Stepping Away From Social Media

I suppose it started when an unsolicited PM appeared in my Facebook messenger inbox. It was from a woman I met briefly through a mutual friend. It began innocently enough:

“Hey, girlfriend (girlfriend?). Wanted to invite you to join my next challenge group – we’ll be focusing on fitting in 30 minutes of exercise, balanced nutrition and motivation. Let me help you reach your goals! Can’t wait to talk to you about this!

I laughed and closed my browser but the meaning behind the message stuck with me all day. At 5’8” and 155 pounds, my BMI is on the “fluffy but average” side but, more importantly, my blood pressure is fine and all the various things they test blood for come back within normal range. Somehow, though, I fit the profile of a woman who needs help achieving a healthy lifestyle. The more the day went on, the heavier her message weighed on me (ha!).  I am certainly not as thin as I used to be, as the medication I take to tame an out-of-control panic disorder has the unfortunate side effects of extreme lethargy and weight gain, and there are many days I catch a glimpse of myself in the mirror and do a double-take on my double-chins. The insecurity about my body which had simmered quietly under the surface was brought to life by one little Facebook PM. That got me thinking about social media in general and how it took up too much of my time.

I had to step away from the mindless scrolling for the same reason I can’t buy Halloween candy before October 30 – no self-control. The catching up and reconnecting with old friends that drew me into social media has morphed into a daily stream of posts which sometimes make me feel bad. There are the “Vaguebook” posts which leave me scratching my head – someone I care enough about to have as a friend on Facebook posts about a struggle but “doesn’t want to get into it”. There are streams of photos from a #motheroftheyear that leaves me questioning whether I do enough for my son but those fears are quickly remedied by the “suggested posts” which fearmonger me into questioning if I do too much for him. Vacation posts are fun to browse but remind me that we only took two vacations this year (typing that makes me cringe). A plethora of multi-level marketing posts has me wondering if I should be buying all-natural cleaners and using essential oils to heal my son’s eczema. Fine dining, various shopping sprees and too many pedicure photos to count bombarded my eyes and taxed my already over-wrought brain. Facebook, which started as a distraction, had become a habit – a toxic habit that stole my happiness by magnifying every insecurity I have about myself and my (beautiful) life.  It didn’t exercise my body or mind or fuel my creative juices. It took and took and took and added nothing in return.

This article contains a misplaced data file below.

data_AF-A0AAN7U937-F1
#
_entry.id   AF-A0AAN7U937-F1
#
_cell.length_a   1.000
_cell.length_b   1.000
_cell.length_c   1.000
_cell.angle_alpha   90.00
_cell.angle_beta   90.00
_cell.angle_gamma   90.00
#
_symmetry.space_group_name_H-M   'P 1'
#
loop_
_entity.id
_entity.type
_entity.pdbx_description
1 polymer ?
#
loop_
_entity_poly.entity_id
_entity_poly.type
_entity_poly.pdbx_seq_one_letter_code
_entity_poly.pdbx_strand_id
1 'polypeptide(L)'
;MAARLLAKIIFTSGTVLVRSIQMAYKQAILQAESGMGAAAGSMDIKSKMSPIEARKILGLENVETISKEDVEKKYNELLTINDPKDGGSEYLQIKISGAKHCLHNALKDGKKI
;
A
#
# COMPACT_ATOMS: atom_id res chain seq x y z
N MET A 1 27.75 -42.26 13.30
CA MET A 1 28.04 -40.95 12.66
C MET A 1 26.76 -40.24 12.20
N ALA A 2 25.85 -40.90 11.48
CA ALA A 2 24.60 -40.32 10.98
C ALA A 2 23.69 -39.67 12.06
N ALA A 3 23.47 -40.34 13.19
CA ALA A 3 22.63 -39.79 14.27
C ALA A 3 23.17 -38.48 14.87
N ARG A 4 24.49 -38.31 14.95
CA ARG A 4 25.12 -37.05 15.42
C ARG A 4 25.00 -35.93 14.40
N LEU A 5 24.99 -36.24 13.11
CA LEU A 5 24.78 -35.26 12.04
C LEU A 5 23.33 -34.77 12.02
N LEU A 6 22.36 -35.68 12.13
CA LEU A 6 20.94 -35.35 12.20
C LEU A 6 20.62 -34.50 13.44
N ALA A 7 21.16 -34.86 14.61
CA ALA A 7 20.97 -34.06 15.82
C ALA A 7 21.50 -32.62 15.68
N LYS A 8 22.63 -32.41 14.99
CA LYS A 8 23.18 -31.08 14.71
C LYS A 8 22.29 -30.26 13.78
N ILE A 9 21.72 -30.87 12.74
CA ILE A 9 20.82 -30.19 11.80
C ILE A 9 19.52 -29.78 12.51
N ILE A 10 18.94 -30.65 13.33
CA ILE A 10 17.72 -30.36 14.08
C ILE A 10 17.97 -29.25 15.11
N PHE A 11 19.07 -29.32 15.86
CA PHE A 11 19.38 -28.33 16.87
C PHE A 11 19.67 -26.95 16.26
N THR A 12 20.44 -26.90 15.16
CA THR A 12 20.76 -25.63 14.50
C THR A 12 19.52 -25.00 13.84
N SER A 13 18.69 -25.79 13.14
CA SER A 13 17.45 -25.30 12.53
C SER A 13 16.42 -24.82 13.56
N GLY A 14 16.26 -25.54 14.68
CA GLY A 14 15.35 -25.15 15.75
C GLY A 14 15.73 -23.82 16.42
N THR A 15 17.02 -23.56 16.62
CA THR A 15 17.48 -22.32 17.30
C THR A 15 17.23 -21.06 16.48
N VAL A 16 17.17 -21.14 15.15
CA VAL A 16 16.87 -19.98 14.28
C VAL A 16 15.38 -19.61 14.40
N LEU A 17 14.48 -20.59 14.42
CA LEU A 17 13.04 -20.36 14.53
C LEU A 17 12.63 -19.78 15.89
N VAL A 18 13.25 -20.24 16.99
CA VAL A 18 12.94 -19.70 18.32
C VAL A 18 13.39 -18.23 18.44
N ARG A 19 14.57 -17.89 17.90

The nail in the Facebook coffin came when I posted a photo to my page and five minutes later my son asked how many “likes” we got.

Cue the sound of screeching brakes, record scratches and every other sound that accompanies an epiphany.

His simple question led me into a thought tunnel: post a picture, wait for likes. Likes equal acceptance and approval. I had forgotten that acceptance and approval need to come from within and I had unknowingly set a dangerous precedent as it won’t be long before he has his own phone and the freedom to post his own pictures. I don’t want him waiting with bated breath for his peers to “like” them and, by extension, like and accept him. I don’t want him believing that his self-worth relies on what others think and “click”.

I tried to remember what life was like without Facebook. Surfing the internet was an occasional distraction and I spent a lot more time reading books and magazines. I printed out photos and put them in albums.  Checking in with friends happened through brief text messages, emails or phone calls.  The lexicon FOMO didn’t exist because we weren’t bombarded with photos of our friends having fun without us. Was life easier then than it is now? In an effort to both re-create the simplicity of those days and set a healthier example for my son, I deactivated my Facebook account for two weeks.

I felt lost at first. I missed the mindless scrolling I did while waiting in lineups. I got into the habit of checking Facebook first thing in the morning and the last thing at night, so I had to come up with some new habits. I carry a novel and a crossword puzzle book with me (which prompted the teenager sitting beside me at the blood clinic to comment “that’s so retro!”) I re-discovered crocheting. I started taking yoga classes.

Leaving Facebook left my mind quiet enough to remember a few important things: My body is fine just the way it is. My close friends will text or call me if they are struggling and I will help them. I do my best to be a good mother, our son is happy and healthy, and we are damn lucky to be able to afford our two vacations a year. I stopped watching events through my phone and photographing them like the suburban paparazzi. The results were almost immediate once the fog of Facebook lifted. Our happy moments as a family were enhanced because I was completely present and the break left me feeling better about myself, my family, my home and my life.

I have returned to Facebook, but with a clear mind and little desire to post as much. I look in on a daily basis, but not as frequently. I love seeing the photos of my friends’ kids growing up and treasure how it allows me to keep in touch with family far and wide. However, it’s not an addiction anymore. I understand that you can’t compare your behind the scenes with other people’s front page, and I’m much happier for that.

On a side note, I submitted this to a mental health website as a potential story for them. They outright rejected it AND recommended that I “Like” their new Facebook page.

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